Welcome to the Wakefield Doctrine (the theory of clarks, scotts and rogers)
The time of the week when we are challenged to write a story of no more than 6 Sentences. The only ‘Rule’ is that it, (the story, not the Rule), use, employ, infer, imply or otherwise, (in whatever manner the author might deem likely to cause the) Reader to encounter a certain word. In the case of this week’s Six Sentence Story, our host, zoe/ivy would ask that we invoke the word, ‘convert’
‘To one who has faith, no explanation is necessary. To one without faith, no explanation is possible.’ (Thomas Aquinas)*******************
“I really don’t believe you are taking this matter quite as seriously as you should.” sitting in the single chair positioned directly before the desk of the Mother Superior, Sister Margaret Ryan is trying to forget what she thinks she now knows about herself.
The room is a symphony of wood and stain, carved relief figures, (scenes of forests and huntsmen, the ‘Action Figures’ of a long ago and very different time), and towering shelves holding priceless First Editions and dead animals, a bygone era reflected in polished oak and walnut, the decidedly masculine tone somewhat offset by the intricate patterns of the oriental carpet. The former owner, a devout Banker who, undoubtedly, decided that leaving his mansion to the Church would be a sound investment, the building, now converted to a Convent, made the nuns living there the envy of their Order and, this room was the Inner Sanctum for the person holding power over, …nothing as mundane as Life and Death, rather the woman who reigned within held sway on a person’s Life After Death, and though not physically elevated, the expanse of desk between the two women was no less a Judge’s bench, lacking only a Bailiff and Stenographer.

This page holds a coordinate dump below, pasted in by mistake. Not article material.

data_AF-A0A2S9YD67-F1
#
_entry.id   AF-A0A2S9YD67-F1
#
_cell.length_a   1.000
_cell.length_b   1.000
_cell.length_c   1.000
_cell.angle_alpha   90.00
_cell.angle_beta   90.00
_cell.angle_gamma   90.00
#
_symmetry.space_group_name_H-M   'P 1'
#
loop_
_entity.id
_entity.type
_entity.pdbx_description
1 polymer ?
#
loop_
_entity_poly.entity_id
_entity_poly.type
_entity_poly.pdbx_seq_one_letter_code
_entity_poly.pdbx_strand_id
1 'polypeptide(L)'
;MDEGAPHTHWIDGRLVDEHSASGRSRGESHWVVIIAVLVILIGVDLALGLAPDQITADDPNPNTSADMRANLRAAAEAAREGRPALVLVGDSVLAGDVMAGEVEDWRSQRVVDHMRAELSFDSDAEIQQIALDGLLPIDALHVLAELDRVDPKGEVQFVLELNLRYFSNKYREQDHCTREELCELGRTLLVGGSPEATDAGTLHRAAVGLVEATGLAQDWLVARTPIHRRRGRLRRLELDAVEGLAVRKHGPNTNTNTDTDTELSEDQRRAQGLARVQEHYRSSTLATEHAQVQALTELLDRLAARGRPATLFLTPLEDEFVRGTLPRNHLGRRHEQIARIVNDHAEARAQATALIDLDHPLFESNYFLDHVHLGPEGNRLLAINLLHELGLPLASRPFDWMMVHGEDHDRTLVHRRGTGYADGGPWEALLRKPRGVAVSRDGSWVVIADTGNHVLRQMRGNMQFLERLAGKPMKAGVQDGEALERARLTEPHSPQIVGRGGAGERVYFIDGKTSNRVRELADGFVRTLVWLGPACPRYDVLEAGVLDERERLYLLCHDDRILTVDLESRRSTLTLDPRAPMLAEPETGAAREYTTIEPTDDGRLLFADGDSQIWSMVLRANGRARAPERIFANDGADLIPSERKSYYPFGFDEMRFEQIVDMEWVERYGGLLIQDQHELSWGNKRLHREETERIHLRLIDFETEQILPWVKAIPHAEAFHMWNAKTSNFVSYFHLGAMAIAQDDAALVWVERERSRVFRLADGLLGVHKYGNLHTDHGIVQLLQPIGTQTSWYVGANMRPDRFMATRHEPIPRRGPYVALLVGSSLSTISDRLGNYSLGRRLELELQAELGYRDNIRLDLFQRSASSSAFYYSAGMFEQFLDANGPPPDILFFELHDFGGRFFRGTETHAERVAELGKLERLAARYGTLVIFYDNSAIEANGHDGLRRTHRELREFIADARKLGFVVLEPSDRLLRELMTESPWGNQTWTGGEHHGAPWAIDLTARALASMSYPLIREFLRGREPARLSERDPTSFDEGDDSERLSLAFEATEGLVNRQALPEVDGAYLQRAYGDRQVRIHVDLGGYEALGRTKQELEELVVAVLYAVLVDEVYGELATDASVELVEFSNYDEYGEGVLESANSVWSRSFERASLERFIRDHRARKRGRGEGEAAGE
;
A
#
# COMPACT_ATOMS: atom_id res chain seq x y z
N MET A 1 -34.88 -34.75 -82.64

“Are you Listening, Sister Ryan?”
She was not listening, she was staring out the window that framed the imposing figure of Sister Affrontina, the Autumn colors of the trees outside made the (mostly) black garbed (with a splash of white surrounding her face), woman seem especially predatory, an albino tiger nearly perfectly still in the underbrush, waiting for the prey to make a fatal error.
Sister Margaret Ryan was thinking about a girl in 6th Grade at Our Lady of Penance,
“If you don’t apply yourself and use the gifts you were born with, it will be like putting a gun to God’s head and pulling the trigger,”
the memory-echos of well-intentioned, yet wholly twisted and disfigured efforts to motivate a talented young girl, maintained it’s power, the remarkable violence contained in the words, like a greenstick fracture mistaken for a minor injury, returning years later with consequences far in excess of the original trauma,
‘Who says that kind of thing to a child?! Margaret said out loud… looking at dedicated and devoted woman and feeling only like prey, “these are children, they’re not prey…“